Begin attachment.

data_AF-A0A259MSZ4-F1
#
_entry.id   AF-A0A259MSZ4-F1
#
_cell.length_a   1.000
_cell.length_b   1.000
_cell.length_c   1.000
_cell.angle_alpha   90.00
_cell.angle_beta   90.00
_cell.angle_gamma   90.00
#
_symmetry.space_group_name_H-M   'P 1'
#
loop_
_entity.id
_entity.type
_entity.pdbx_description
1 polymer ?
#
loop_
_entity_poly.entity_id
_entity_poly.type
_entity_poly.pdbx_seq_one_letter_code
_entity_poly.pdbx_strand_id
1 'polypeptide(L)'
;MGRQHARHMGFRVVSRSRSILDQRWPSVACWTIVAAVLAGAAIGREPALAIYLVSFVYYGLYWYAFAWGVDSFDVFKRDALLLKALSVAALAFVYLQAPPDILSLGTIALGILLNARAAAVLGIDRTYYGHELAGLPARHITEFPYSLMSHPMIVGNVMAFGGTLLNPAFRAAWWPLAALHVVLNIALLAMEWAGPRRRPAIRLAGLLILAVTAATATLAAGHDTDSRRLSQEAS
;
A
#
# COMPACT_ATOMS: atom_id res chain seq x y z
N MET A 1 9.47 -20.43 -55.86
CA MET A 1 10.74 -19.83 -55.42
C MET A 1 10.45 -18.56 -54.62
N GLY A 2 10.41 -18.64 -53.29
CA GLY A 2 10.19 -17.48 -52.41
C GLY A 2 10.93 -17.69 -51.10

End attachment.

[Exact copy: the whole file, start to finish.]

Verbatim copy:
data_AF-A0A259MSZ4-F1
#
_entry.id   AF-A0A259MSZ4-F1
#
_cell.length_a   1.000
_cell.length_b   1.000
_cell.length_c   1.000
_cell.angle_alpha   90.00
_cell.angle_beta   90.00
_cell.angle_gamma   90.00
#
_symmetry.space_group_name_H-M   'P 1'
#
loop_
_entity.id
_entity.type
_entity.pdbx_description
1 polymer ?
#
loop_
_entity_poly.entity_id
_entity_poly.type
_entity_poly.pdbx_seq_one_letter_code
_entity_poly.pdbx_strand_id
1 'polypeptide(L)'
;MGRQHARHMGFRVVSRSRSILDQRWPSVACWTIVAAVLAGAAIGREPALAIYLVSFVYYGLYWYAFAWGVDSFDVFKRDALLLKALSVAALAFVYLQAPPDILSLGTIALGILLNARAAAVLGIDRTYYGHELAGLPARHITEFPYSLMSHPMIVGNVMAFGGTLLNPAFRAAWWPLAALHVVLNIALLAMEWAGPRRRPAIRLAGLLILAVTAATATLAAGHDTDSRRLSQEAS
;
A
#
# COMPACT_ATOMS: atom_id res chain seq x y z
N MET A 1 9.47 -20.43 -55.86
CA MET A 1 10.74 -19.83 -55.42
C MET A 1 10.45 -18.56 -54.62
N GLY A 2 10.41 -18.64 -53.29
CA GLY A 2 10.19 -17.48 -52.41
C GLY A 2 10.93 -17.69 -51.10